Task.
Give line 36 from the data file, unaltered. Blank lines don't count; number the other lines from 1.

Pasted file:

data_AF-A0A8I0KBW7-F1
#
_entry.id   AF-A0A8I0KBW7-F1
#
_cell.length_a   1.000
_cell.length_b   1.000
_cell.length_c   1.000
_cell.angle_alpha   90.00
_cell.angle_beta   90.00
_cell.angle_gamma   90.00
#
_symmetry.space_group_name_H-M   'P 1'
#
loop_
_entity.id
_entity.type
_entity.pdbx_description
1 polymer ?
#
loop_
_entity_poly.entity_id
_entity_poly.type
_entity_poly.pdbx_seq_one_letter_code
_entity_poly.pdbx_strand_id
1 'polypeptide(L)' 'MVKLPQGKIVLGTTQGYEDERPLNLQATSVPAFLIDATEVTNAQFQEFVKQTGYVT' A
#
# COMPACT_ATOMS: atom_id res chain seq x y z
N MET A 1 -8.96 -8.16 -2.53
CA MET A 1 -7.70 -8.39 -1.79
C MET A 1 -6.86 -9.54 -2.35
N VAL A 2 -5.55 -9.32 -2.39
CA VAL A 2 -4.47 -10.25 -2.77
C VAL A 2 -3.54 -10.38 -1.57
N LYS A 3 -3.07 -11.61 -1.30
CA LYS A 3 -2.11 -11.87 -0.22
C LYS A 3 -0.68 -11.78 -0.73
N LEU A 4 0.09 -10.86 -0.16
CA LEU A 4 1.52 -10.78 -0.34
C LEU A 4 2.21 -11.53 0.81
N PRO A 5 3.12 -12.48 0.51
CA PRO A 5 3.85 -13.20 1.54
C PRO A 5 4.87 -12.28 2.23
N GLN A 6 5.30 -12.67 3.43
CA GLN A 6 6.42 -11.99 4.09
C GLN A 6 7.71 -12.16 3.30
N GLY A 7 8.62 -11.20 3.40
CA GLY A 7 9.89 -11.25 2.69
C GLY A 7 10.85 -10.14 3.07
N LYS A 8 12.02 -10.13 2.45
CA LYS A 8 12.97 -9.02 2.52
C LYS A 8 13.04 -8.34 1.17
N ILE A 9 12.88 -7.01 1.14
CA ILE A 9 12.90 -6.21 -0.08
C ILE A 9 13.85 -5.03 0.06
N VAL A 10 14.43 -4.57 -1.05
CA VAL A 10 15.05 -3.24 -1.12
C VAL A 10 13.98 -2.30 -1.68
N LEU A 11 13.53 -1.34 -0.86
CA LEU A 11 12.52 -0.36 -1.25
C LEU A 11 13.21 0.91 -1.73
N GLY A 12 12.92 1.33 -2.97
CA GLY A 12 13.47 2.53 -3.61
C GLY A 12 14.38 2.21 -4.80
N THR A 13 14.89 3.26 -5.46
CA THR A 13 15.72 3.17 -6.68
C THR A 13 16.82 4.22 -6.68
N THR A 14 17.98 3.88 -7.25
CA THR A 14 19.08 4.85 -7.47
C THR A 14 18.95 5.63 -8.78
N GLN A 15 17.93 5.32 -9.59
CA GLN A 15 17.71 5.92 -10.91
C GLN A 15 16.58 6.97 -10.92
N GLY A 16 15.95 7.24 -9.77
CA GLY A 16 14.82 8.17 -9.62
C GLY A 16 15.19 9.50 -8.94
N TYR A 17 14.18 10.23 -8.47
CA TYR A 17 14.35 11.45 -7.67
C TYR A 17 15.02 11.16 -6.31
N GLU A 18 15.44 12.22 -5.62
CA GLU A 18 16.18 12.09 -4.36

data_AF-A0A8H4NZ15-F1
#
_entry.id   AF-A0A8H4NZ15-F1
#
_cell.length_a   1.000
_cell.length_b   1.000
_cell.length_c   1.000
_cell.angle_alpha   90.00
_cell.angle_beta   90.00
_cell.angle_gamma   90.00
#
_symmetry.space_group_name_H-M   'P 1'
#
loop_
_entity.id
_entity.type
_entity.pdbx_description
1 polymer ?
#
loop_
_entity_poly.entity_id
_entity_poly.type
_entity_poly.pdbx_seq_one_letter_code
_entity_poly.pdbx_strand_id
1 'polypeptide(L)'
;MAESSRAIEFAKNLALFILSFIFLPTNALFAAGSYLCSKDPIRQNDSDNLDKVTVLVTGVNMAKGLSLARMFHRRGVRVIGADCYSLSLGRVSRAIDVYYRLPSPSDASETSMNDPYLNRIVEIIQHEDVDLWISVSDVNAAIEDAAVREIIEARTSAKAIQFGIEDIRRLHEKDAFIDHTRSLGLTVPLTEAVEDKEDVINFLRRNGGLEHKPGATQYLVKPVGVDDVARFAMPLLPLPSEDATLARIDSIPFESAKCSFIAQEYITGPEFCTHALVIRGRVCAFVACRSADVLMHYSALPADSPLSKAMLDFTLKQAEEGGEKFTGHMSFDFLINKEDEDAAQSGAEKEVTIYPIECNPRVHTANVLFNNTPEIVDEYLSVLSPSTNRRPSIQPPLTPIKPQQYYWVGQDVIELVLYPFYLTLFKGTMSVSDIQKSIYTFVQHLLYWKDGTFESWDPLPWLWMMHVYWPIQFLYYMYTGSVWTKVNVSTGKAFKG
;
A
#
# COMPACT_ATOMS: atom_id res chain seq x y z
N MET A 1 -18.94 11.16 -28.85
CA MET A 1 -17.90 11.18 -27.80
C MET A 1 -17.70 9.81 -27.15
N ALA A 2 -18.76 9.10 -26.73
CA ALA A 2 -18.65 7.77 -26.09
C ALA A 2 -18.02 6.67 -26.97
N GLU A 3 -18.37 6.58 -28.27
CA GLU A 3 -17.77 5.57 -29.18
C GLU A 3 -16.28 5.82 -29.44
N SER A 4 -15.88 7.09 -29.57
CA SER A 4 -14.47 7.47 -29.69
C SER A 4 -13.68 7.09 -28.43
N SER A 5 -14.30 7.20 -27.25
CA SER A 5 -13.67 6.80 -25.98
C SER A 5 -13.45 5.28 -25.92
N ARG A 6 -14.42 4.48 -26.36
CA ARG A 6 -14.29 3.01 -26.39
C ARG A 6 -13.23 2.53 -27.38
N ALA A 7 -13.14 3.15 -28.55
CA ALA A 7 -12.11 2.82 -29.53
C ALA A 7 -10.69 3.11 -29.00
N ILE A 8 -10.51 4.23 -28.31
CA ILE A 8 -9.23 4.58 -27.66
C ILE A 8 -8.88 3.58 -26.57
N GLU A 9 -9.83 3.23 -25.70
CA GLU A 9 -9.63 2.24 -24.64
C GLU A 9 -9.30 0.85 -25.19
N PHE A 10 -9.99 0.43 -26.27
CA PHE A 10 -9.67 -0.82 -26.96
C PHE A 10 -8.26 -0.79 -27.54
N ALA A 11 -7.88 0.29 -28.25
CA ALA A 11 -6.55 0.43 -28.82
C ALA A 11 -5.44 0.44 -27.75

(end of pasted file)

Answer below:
C LYS A 3 -0.68 -11.78 -0.73